The deportation of immigrant rights activist Elvira Arellano by federal authorities on August 20 has been seen either as a blow or as the reigniting of the immigrant rights movement. I know I have seen my fair share of comments of support on this blog, as well a large number of vile comments about her and her plight that are still in the moderation queue. As humans, we have a tendency to demonize a person to justify our dislike. Regardless how a person worded their comment, their message was the same, Arellano is just another attention grabbing, “criminal alien and immigration fugitive,” unfairly using her American-born son as an Elián González for a pro-immigration agenda.
Arellano, the woman at the center of the storm is a 32-year old single mother, a former airport worker and undocumented immigrant. On Aug 15, 2006, Arellano took her son Saúl, born in the US and therefore a citizen, and entered Adalberto United Methodist church. Since then, she has spent a year living in that church to avoid deportation.
During the year she took refuge in the church, her struggle has help put a human face on the heartless deportations of our nation’s undocumented immigrants. She not only has become the spokesperson for the New Sanctuary Movement, but a symbol of resistance for the broader immigrant rights movement.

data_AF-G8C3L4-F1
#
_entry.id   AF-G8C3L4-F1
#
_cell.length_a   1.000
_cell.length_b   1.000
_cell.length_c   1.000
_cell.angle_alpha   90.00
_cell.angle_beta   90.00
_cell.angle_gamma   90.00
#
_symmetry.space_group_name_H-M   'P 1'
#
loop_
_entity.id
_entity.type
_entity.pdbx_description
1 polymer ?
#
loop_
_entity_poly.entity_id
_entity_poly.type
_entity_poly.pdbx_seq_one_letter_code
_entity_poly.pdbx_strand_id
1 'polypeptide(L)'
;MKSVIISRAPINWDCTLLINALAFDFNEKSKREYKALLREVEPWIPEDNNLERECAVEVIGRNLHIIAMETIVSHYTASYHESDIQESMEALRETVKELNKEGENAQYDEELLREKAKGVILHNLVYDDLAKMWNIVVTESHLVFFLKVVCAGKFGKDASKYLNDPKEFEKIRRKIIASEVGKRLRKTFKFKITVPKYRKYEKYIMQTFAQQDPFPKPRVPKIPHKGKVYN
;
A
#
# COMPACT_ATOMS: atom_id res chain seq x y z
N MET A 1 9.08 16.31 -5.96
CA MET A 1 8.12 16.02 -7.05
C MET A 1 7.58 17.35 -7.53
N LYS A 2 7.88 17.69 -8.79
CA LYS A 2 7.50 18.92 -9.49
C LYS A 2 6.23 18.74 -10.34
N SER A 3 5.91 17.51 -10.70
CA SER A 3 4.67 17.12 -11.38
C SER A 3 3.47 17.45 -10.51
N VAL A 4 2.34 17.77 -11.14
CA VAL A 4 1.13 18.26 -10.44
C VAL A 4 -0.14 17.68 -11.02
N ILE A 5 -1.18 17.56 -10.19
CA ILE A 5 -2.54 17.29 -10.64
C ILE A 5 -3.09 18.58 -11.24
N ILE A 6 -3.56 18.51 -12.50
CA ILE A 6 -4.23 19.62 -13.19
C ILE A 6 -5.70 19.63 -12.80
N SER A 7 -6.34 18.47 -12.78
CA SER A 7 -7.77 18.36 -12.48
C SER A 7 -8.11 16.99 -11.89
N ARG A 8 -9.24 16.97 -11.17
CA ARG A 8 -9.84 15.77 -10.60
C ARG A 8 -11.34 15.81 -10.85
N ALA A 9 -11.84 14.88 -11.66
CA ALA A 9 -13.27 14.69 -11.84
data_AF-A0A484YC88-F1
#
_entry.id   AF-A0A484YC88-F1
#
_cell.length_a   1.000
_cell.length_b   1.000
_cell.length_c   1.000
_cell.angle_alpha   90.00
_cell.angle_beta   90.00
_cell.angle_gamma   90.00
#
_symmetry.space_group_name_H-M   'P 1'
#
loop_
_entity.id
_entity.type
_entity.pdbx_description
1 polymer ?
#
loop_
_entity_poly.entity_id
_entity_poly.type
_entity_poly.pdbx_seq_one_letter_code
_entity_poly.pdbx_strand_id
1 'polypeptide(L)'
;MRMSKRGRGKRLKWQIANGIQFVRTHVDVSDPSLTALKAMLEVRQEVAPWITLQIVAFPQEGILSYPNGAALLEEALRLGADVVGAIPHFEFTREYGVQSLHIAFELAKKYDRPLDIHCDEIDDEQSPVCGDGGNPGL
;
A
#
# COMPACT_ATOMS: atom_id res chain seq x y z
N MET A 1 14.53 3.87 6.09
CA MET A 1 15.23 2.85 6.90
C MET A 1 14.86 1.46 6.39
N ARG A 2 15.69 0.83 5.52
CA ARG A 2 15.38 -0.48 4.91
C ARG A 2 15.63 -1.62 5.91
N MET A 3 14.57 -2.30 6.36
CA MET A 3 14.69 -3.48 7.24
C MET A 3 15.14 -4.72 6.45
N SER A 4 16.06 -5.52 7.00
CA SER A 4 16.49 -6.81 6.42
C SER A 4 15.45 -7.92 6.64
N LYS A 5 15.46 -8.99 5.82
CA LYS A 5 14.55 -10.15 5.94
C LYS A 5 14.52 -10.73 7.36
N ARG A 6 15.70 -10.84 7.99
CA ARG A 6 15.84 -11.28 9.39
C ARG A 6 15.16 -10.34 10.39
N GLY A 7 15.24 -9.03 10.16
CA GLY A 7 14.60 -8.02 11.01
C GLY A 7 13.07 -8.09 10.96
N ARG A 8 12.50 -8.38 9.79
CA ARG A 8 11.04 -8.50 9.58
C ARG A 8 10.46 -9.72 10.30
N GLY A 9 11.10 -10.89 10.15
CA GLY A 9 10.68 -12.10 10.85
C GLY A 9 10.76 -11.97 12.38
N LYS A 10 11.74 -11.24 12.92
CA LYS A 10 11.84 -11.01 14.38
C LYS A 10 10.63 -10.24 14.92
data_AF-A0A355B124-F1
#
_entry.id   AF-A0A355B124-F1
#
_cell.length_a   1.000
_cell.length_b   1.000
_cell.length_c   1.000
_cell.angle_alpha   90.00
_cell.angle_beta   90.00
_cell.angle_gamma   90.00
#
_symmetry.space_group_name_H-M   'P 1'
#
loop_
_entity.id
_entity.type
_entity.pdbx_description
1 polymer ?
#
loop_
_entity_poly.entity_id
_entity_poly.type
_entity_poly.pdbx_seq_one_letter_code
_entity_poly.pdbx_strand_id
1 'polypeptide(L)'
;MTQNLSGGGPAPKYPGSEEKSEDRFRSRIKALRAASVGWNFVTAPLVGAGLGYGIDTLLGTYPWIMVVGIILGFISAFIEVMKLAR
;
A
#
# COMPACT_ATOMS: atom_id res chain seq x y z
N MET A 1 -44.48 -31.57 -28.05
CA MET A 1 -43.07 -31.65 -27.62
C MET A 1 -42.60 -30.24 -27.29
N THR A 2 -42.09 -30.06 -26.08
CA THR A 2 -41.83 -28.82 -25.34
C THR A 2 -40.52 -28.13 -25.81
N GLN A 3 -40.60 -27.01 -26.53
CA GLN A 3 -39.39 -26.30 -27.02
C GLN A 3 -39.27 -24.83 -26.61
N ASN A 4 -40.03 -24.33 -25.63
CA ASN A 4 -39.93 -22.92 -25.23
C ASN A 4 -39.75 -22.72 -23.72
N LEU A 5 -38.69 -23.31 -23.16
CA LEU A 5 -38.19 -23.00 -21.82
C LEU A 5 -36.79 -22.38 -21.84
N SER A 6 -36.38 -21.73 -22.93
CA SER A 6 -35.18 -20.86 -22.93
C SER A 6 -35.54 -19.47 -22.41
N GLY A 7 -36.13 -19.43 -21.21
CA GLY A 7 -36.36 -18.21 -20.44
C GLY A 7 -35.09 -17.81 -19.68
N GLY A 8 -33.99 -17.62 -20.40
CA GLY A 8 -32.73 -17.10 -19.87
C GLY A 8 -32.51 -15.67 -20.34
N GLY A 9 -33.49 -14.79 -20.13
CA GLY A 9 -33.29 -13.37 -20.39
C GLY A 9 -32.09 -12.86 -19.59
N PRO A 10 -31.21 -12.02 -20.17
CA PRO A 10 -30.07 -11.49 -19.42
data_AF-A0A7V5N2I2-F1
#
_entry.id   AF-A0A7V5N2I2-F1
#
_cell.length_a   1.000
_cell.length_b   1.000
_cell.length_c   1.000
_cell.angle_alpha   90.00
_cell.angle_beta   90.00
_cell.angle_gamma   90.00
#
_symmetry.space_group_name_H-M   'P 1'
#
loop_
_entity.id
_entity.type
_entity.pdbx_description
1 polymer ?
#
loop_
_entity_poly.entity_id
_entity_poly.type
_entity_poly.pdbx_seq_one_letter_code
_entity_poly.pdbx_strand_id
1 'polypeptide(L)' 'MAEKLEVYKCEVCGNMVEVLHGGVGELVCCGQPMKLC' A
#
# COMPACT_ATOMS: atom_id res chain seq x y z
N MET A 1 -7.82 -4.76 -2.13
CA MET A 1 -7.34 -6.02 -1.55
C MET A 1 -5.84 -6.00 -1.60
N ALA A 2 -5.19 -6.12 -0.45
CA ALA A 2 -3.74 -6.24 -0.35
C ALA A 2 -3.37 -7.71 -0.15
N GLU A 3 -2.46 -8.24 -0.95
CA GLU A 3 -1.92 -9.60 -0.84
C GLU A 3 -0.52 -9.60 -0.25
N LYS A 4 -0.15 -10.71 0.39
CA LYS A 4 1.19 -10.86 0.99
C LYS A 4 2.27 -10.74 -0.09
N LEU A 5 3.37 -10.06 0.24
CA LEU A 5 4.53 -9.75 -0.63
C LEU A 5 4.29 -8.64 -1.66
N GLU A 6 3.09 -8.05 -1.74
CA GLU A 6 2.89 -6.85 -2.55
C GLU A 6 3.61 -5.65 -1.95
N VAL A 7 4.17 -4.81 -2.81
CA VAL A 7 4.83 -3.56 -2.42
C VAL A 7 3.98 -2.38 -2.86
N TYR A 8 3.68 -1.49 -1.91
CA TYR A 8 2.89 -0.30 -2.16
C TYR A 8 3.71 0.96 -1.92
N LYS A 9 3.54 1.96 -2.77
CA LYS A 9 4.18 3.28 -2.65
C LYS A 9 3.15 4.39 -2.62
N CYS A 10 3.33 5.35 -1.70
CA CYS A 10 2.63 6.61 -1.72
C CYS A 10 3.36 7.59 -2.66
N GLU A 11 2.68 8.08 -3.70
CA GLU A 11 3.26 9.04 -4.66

In response to the arrest, supporters came out for a vigil in front of the ICE building in Chicago. The next morning, 150 supporters showed up at the ICE building to protest the arrest and deportation. In Los Angeles, mayor Antonio Villaraigosa released a statement on the “manner of the arrest and deportation” of Elvira Arellano. Later that night, a vigil was held in front of the Federal Building downtown. Here in Houston, a vigil was held in front of the Mickey Leland Federal Bldg on Monday evening and later in the week, a press conference was called by el Central American Resource Center (CRECEN), to vocalize our support and solidarity with Elvira and Saul.
Over the weekend, several thousand marched through downtown L.A. in a show of unity and support for Elvira. The main demand was full rights for all immigrants. Police closed off streets as hundreds of demonstrators, including many families with young children, marched up Broadway on Saturday carrying large photos of Arellano and her 8-year-old son, Saul. Others raised placards reading “We are all Elvira!”